As the first families move into Letterkenny’s new Direct Provision Centre, campaigners are keen to address common misconceptions about asylum seekers.
“They are not here to take your jobs, they are not here to drain your social welfare. They are here to seek safety, because it’s not safe to live in the country where they are from,” says Eve Li, a volunteer with the Donegal Asylum Seekers Support Group (DASSP).
“Most people are being really good and generous with donations. But there are a lot of people who have this misconception about what an asylum seeker is. It’s not just here, it’s everywhere in Ireland and in most countries.”
Members of DASSG and Donegal Welcomes formed a small welcome party for the first residents of the Port Road Accommodation Centre on Friday.
Welcome signs greeted approximately 20 people as they moved into the apartment complex yesterday. The families had previously lived in emergency accommodation in Portsalon. Around 300 people are expected to be moved into the centre in the coming months. Social care and accommodation services will be provided by management company Bridgestock Care.
The Donegal Asylum Seekers Support Group (DASSP) campaigns for the abolishment of Direct Provision, but they have welcomed the fact that accommodation in Letterkenny ensures asylum seekers are much closer to amenities, GP surgeries and schools.
Li told Donegal Daily: “Asylum seekers want to be independent. With direct provision, they have so many choices made for them. They come from another country where they had no choice but to leave it and they come here. They have been transported to the middle of nowhere.If you can’t drive and you don’t have a work permit, how are you supposed to integrate?
“It is great that they have been moved to a more accessible place now, but what most asylum seekers want is to work, to have a driving licence and make their own way.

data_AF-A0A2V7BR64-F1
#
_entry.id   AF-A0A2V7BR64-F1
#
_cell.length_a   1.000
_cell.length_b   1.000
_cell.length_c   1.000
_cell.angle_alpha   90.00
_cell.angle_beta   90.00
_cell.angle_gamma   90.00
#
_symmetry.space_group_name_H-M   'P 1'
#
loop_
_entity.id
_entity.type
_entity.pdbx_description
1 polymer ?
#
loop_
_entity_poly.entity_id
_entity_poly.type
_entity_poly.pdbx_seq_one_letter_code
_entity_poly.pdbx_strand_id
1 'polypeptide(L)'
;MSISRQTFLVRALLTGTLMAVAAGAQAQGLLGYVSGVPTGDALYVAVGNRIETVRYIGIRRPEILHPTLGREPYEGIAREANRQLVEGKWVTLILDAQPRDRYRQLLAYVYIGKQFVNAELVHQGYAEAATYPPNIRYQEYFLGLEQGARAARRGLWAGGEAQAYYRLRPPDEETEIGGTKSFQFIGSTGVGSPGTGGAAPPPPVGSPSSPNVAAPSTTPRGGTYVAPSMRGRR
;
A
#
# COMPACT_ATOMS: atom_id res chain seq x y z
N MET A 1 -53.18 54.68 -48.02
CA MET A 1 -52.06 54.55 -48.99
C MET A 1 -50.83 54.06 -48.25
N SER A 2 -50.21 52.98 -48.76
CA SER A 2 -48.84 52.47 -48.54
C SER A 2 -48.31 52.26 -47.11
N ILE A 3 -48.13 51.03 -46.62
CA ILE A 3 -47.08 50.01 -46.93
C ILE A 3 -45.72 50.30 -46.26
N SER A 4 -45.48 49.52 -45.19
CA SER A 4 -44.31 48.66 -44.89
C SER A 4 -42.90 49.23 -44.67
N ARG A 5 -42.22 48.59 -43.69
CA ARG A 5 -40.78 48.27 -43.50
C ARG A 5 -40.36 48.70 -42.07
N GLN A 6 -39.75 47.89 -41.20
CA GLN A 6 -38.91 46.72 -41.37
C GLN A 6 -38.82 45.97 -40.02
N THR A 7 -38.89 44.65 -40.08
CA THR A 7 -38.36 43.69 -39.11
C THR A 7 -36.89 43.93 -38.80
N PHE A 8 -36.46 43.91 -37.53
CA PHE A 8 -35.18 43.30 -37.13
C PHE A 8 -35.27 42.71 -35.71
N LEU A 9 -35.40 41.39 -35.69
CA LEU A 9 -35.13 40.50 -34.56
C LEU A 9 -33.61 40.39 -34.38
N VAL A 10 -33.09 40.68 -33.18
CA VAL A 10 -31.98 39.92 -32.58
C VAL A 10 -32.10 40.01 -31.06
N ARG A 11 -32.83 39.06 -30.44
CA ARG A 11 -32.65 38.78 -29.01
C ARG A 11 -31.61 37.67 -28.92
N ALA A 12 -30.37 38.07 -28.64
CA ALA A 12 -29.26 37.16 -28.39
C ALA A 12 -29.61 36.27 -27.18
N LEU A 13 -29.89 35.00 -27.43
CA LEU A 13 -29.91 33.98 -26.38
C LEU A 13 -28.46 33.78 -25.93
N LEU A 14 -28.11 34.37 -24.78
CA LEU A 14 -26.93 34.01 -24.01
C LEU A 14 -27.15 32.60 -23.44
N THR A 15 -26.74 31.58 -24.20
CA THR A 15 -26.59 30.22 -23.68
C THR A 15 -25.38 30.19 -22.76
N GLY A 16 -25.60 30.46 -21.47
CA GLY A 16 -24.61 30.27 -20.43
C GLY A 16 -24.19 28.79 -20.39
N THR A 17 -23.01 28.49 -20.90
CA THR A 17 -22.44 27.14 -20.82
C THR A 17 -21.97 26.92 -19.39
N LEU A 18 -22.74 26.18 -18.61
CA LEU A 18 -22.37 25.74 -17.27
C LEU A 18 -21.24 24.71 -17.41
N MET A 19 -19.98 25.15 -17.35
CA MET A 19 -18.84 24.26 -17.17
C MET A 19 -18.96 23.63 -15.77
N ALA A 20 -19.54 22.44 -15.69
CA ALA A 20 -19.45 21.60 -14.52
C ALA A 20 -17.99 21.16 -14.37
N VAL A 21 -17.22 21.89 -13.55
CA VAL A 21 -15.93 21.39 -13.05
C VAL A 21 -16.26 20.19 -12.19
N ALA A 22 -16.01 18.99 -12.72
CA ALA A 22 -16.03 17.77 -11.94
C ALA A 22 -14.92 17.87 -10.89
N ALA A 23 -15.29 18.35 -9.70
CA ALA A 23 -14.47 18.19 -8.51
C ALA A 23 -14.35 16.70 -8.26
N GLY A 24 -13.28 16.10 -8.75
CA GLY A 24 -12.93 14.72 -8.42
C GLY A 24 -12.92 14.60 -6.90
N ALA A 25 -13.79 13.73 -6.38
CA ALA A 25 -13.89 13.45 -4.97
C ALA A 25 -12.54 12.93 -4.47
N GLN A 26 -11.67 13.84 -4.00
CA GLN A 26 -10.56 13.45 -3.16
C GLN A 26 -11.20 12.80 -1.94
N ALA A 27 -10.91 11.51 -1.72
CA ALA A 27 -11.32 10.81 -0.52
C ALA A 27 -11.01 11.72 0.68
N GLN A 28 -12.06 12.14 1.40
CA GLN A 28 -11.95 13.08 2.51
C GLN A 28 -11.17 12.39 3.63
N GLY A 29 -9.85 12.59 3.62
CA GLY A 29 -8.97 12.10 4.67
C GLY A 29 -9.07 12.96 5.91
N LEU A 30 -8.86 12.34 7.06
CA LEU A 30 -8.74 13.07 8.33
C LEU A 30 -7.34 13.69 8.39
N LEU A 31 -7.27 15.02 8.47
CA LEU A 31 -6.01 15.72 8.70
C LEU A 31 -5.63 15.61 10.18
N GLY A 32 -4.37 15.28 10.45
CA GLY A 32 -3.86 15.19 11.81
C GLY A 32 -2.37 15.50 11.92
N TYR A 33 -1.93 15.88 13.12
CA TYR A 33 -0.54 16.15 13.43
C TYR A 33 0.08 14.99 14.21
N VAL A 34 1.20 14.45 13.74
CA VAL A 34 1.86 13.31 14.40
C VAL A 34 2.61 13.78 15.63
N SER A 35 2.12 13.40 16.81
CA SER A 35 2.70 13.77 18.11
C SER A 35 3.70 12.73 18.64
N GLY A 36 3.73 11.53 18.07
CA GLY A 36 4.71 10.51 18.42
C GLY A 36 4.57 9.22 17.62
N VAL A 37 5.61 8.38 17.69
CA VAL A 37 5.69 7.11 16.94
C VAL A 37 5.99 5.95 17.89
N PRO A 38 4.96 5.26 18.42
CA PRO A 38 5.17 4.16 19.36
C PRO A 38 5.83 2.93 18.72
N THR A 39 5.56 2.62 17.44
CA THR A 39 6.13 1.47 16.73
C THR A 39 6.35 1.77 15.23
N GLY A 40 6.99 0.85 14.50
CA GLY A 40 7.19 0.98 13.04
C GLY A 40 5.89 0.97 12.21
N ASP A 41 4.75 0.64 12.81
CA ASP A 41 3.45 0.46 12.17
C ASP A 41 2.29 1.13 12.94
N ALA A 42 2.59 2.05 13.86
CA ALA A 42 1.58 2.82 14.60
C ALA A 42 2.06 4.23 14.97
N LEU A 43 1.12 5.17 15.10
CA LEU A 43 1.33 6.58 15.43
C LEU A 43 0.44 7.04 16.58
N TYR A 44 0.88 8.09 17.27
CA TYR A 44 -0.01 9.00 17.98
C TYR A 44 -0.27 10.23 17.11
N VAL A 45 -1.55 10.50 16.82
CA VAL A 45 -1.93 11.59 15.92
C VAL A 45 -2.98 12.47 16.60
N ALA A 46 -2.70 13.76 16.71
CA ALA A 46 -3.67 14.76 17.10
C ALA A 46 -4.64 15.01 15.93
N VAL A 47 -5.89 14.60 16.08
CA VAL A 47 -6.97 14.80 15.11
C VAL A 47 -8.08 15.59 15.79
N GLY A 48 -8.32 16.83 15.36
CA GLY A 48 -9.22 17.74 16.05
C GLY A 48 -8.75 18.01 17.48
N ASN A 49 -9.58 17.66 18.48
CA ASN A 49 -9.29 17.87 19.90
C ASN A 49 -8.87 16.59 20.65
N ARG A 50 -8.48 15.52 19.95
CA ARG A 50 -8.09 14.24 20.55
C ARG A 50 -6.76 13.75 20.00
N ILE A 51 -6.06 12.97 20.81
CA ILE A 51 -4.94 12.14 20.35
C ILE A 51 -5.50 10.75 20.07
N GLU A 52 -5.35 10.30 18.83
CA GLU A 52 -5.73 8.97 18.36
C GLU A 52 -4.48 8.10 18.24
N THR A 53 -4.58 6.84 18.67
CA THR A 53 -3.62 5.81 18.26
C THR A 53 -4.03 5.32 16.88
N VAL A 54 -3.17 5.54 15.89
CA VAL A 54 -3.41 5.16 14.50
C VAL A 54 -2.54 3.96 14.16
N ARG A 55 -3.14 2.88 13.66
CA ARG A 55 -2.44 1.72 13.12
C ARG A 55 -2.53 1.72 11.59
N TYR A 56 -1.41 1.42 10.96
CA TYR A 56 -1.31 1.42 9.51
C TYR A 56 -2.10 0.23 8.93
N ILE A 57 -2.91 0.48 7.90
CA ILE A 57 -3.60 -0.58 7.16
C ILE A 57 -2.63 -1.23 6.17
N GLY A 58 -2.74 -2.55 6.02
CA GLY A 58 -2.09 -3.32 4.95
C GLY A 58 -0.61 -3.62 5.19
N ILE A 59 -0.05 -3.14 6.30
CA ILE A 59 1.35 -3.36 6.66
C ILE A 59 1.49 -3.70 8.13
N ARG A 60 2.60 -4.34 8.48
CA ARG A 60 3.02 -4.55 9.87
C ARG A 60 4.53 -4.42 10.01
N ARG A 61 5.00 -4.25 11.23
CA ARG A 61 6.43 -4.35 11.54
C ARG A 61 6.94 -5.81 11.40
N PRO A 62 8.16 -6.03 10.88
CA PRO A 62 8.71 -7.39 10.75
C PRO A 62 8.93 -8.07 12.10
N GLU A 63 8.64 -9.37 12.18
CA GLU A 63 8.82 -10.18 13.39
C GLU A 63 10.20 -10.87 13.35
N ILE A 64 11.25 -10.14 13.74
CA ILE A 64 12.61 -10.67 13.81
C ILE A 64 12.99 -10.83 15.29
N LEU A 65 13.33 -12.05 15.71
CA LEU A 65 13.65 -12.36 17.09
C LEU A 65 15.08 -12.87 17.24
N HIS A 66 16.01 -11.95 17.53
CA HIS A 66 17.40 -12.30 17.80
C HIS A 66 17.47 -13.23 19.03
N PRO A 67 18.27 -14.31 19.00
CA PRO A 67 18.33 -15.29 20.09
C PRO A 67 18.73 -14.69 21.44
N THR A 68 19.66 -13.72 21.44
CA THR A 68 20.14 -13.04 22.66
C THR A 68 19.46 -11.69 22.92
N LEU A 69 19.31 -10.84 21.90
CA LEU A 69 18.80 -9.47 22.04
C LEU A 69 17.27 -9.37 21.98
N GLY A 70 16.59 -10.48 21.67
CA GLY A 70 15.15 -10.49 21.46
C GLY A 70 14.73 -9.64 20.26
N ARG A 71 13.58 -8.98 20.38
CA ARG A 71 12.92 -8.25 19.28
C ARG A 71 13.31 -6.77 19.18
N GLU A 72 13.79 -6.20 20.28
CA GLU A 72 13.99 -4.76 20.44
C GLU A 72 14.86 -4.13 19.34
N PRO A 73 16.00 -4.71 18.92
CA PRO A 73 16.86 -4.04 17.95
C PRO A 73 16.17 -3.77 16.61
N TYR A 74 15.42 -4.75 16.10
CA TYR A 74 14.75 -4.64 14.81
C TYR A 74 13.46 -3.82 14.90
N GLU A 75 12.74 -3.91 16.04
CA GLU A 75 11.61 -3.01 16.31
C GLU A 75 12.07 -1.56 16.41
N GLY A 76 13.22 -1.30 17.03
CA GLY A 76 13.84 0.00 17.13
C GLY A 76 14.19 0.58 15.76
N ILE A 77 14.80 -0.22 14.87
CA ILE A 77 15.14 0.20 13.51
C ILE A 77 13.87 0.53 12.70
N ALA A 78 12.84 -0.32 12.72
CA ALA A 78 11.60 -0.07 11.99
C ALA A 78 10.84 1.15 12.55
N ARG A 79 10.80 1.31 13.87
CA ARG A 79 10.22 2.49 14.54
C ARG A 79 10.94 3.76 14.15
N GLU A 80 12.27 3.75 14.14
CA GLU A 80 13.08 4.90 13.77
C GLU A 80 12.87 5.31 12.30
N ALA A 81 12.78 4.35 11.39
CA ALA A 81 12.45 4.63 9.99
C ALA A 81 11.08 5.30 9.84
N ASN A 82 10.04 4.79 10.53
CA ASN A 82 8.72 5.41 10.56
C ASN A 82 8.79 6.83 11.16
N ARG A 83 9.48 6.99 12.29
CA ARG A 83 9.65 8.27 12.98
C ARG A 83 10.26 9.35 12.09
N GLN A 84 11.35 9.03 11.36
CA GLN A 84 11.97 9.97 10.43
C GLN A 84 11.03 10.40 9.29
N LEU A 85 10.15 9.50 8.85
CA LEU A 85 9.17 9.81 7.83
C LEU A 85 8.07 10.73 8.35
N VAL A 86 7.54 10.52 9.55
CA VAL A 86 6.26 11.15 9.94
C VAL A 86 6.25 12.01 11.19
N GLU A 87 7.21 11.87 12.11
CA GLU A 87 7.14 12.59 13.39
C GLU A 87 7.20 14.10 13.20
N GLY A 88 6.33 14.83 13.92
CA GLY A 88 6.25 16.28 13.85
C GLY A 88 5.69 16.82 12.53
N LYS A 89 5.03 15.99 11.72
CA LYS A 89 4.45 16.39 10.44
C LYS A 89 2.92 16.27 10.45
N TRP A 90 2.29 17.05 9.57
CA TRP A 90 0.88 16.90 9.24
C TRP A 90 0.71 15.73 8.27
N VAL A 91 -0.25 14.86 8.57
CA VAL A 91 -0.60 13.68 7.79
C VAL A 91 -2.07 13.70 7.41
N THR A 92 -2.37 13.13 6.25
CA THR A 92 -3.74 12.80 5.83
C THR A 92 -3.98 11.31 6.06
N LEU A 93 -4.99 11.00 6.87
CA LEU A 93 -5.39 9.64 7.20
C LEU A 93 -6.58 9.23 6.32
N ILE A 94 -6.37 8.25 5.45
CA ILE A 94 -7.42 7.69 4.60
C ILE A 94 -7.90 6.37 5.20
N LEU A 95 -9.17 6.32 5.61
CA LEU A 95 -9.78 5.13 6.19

“They want their independence, to pay their own rent, and provide for their own children.
“They don’t want to be living in a place where everything is controlled.”
A key issue relating to the Port Road Centre in Letterkenny is a cashless shopping system which limits residents to an onsite food hall.
Management at the self-catering centre will give residents a number of ‘points’ to use for food, toiletries and essentials in a store located in the complex.
It is understood that residents will also have a weekly allowance of €38.50 per adult and €29.80 per child per week to spend outside the centre.
“We were hoping for residents to be allowed to spend their points outside the centre,” Li said.
“It really doesn’t make any sense, there are so many shops in Letterkenny and their points could be used to improve the local economy.
“Nappies, wet wipes, they all add up and people would like the choice to shop around for special offers.”
DASSG aims to empower asylum seekers by working directly with residents, not centre management, to support their needs.
“We are waiting for them to settle into their accommodation and then to tell us what support we can give them, rather than us telling them what they need,” Li said.
DASSG will run a friendship project where volunteers will be paired with an asylum seeker to offer support. This is separate to the ‘Friends of Centre’ group to be established by staff of the centre.
In the meantime, a community campaign is underway to collect essential items, toiletries and baby supplies for families moving to Letterkenny.
See the poster below for a list of items that are needed, for collection details, contact the Donegal Asylum Seekers Support Group on firstname.lastname@example.org